Aftermath of the Economic Summit

July 1 st 1988
Guests of MPs had better learn what most Canadians already know—Parliament is the last refuge from straight talk or honest debate in this delicate land. RSVP, but for heaven's sake, don't speak your mind. (Globe & Mail, June 24, 1988)

So editorialized the Globe and Mail about the overwrought response of the opposition parties to British Prime Minister Margaret Thatcher's speech in the House of Commons. What provoked the ire of the Liberals and New Democrats was the British prime minister's praise of the Canada-U.S. free trade accord and Canada's participation in NATO. Liberal leader John Turner thundered about Thatcher's attack on Canadian sovereignty. NDP Chief Ed Broadbent spluttered: "What right does she have to come here and meddle in Canadian affairs?" The last of the seven Economic Summit leaders to leave Canada on the evening of June 22, Margaret Thatcher had managed to do what she often does, create controversy and strong reaction, when she addressed the Canadian Parliament that afternoon.

Prime Minister Thatcher, the senior Summiteer, set the tone for the Economic Summit held in Toronto from June 19-21. The Summit's carefully phrased, final communique expressed agreement on conservative economic policies, including "a commitment to improve efficiency and adaptability through greater reliance on competitive forces and structural reform."

Two controversial issues dominated the discussion: the impossible debt load faced by the Third World countries, and the messy problem of agricultural subsidies. The Summiteers agreed to a program of debt relief that involved a "menu approach," allowing member countries to choose from a variety of possibilities to help relieve the debt burden of the poorest countries.

The Summit leaders agreed that all agricultural subsidies must be eliminated in the future to make the agricultural sector more responsive to market signals. They passed on to their "negotiators in Geneva" the task of developing a framework to reach that long-term goal.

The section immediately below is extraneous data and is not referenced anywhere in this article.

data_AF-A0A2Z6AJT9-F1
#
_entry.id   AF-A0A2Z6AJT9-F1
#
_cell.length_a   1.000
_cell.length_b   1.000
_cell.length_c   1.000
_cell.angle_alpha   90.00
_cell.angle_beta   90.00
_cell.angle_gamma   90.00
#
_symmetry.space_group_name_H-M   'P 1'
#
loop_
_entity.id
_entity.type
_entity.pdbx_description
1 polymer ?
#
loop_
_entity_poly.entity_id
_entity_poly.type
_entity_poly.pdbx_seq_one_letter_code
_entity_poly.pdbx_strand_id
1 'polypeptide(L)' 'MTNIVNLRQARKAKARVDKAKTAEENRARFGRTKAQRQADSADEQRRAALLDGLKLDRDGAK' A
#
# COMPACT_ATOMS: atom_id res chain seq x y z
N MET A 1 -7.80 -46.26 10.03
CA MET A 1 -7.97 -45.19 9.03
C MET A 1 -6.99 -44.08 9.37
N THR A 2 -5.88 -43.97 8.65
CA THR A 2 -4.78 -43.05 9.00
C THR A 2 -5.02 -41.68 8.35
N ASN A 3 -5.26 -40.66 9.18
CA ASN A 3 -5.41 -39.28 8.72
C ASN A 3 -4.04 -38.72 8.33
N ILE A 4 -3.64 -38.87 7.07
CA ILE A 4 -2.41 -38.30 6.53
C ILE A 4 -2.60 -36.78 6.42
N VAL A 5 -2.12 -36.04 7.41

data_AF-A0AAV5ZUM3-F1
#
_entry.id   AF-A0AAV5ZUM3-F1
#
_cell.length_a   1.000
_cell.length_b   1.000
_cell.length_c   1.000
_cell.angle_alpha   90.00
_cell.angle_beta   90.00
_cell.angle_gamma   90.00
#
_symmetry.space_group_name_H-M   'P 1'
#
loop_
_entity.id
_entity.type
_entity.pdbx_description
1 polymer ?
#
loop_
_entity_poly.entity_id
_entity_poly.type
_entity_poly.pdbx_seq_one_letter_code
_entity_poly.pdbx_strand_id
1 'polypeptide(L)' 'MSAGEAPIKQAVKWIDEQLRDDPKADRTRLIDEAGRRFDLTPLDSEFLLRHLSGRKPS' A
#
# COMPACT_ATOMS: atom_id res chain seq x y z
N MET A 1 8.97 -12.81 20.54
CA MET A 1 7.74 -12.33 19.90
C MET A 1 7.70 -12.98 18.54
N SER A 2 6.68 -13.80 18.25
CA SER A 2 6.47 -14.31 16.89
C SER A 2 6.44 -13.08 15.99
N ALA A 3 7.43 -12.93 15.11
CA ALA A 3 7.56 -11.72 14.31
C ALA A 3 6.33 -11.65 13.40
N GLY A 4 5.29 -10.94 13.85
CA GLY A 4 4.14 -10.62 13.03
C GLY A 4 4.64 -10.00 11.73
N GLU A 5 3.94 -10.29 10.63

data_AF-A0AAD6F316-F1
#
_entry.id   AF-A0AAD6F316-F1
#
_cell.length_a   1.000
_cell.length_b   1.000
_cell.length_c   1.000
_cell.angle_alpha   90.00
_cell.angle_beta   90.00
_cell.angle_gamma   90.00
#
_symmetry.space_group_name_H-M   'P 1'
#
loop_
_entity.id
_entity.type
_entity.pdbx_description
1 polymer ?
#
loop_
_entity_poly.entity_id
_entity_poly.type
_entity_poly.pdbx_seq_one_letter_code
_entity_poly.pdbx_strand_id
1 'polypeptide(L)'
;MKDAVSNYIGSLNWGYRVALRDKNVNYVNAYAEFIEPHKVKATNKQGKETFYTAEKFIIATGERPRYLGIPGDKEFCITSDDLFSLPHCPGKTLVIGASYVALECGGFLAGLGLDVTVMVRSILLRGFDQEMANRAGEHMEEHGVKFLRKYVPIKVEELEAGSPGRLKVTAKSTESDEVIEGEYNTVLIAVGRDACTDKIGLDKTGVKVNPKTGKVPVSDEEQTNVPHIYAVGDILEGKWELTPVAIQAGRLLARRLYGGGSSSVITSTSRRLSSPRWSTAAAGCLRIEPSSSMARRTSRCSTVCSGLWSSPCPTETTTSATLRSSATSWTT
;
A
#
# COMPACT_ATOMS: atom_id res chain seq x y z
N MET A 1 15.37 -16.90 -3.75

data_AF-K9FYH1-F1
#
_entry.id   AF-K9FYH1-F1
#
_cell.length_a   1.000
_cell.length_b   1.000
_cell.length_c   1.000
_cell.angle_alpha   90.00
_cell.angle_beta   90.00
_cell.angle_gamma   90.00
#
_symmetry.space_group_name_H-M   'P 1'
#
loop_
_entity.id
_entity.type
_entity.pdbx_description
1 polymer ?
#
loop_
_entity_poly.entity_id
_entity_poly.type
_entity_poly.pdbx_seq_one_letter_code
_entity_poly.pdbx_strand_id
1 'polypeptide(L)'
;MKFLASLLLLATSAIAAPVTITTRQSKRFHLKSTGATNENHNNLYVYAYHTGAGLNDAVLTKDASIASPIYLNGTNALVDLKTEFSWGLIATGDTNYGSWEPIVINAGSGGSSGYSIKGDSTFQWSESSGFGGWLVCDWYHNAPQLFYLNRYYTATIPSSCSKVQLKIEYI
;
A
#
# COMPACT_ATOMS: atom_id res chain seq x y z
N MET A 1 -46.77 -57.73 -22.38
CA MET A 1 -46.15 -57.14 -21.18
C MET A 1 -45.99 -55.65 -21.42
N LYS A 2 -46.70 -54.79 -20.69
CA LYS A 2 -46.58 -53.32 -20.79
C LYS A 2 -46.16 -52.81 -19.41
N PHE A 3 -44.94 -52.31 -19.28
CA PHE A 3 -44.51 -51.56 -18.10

Prime Minister Brian "Mulroney was delighted with the Summit's statement that "we strongly welcome the free trade agreement between Canada and the U.S.A., and the steady progress towards the target of the European community to complete the internal market by 1992."

Generally, Brian Mulroney, host and chairman of the proceedings, received high marks for his competent leadership. Hordes of media people spent their time consuming the free refreshments and churning out reams of articles and reports, polishing and fluffing up small nuggets of news. But did the Summit really accomplish anything worthwhile?

Some, including Prime Minister Thatcher herself, have called the Summit a media circus. It was very much a media event. Cynics and a group of anti-Summit protesters, who ranted about the heartless policies of the government leaders, were quick to write off the Summit as an exercise in make-believe and futility. It's good to be realistic on this score. Much of the work was done behind the scenes and well ahead of the Economic Summit meetings. Diplomatic niceties, showmanship, and ambiguously worded consensus abounded. Nonetheless, face-to-face meetings among the seven leaders of the most powerful democratic nations may well have certain benefits. Especially when we remember that a little over four decades ago three of the Summit nations were engaged in a murderous war against the other three, while the seventh (France) was occupied territory. Polite and diplomatic talk among government leaders may not produce sensational results, but it is certainly an improvement over a shooting war.

Now that the big actors on the world scene have departed, we Canadians can concentrate on playing our domestic games again. Ed Broadbent and John Turner now face the task not merely to defend our little Canada against Uncle Sam, but they must do battle with the Iron Lady who had the temerity to simply speak what was on her mind and proclaim such heresies as:

We have come a long way. We have learned that it is not governments which create wealth but people—provided we have policies which encourage them to do it.

How dare she?

 

Harry Antonides came to Canada in 1948, initially working as a farm hand and railway labourer. After over a decade working in a chemical plant in Sarnia, Ontario, Harry joined the newly forming Christian Labour Association of Canada (CLAC) in 1962 as a field representative. By 1970 Harry became director of research and education. In 1974, he was a founding member of the Work Research Foundation (now Cardus) and publisher of their sole publication, Comment magazine. A prolific writer and dynamic speaker, Harry delivered lectures all over North America and published numerous articles, reviews, and essays. He is author of several books on Christianity, labour, and economics, including Multinationals and the Peacable Kingdom (1978) and Stones for Bread: The Social Gospel and its Contemporary Legacy (1985). Harry is retired and lives with his wife Janet in Willowdale, Ontario.

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